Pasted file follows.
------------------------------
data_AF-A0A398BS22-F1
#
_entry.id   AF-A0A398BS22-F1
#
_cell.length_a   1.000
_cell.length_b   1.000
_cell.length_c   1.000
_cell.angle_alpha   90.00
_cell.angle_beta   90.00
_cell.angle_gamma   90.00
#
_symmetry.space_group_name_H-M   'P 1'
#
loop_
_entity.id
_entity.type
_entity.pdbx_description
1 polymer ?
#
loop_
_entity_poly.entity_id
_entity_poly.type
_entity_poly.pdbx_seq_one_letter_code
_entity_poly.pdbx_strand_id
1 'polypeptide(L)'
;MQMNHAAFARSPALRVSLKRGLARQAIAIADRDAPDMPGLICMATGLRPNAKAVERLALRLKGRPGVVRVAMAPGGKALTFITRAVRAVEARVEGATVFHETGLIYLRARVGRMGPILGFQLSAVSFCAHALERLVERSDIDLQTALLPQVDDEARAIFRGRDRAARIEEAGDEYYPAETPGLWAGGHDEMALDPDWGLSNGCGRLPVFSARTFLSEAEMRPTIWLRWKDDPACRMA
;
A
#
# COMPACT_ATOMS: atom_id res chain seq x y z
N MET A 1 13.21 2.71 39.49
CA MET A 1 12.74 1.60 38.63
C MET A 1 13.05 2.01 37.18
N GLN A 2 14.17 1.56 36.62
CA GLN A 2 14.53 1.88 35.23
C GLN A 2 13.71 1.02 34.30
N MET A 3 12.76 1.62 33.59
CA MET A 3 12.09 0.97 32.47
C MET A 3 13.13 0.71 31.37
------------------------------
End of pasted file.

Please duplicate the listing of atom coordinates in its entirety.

data_AF-A0A398BS22-F1
#
_entry.id   AF-A0A398BS22-F1
#
_cell.length_a   1.000
_cell.length_b   1.000
_cell.length_c   1.000
_cell.angle_alpha   90.00
_cell.angle_beta   90.00
_cell.angle_gamma   90.00
#
_symmetry.space_group_name_H-M   'P 1'
#
loop_
_entity.id
_entity.type
_entity.pdbx_description
1 polymer ?
#
loop_
_entity_poly.entity_id
_entity_poly.type
_entity_poly.pdbx_seq_one_letter_code
_entity_poly.pdbx_strand_id
1 'polypeptide(L)'
;MQMNHAAFARSPALRVSLKRGLARQAIAIADRDAPDMPGLICMATGLRPNAKAVERLALRLKGRPGVVRVAMAPGGKALTFITRAVRAVEARVEGATVFHETGLIYLRARVGRMGPILGFQLSAVSFCAHALERLVERSDIDLQTALLPQVDDEARAIFRGRDRAARIEEAGDEYYPAETPGLWAGGHDEMALDPDWGLSNGCGRLPVFSARTFLSEAEMRPTIWLRWKDDPACRMA
;
A
#
# COMPACT_ATOMS: atom_id res chain seq x y z
N MET A 1 13.21 2.71 39.49
CA MET A 1 12.74 1.60 38.63
C MET A 1 13.05 2.01 37.18
N GLN A 2 14.17 1.56 36.62
CA GLN A 2 14.53 1.88 35.23
C GLN A 2 13.71 1.02 34.30
N MET A 3 12.76 1.62 33.59
CA MET A 3 12.09 0.97 32.47
C MET A 3 13.13 0.71 31.37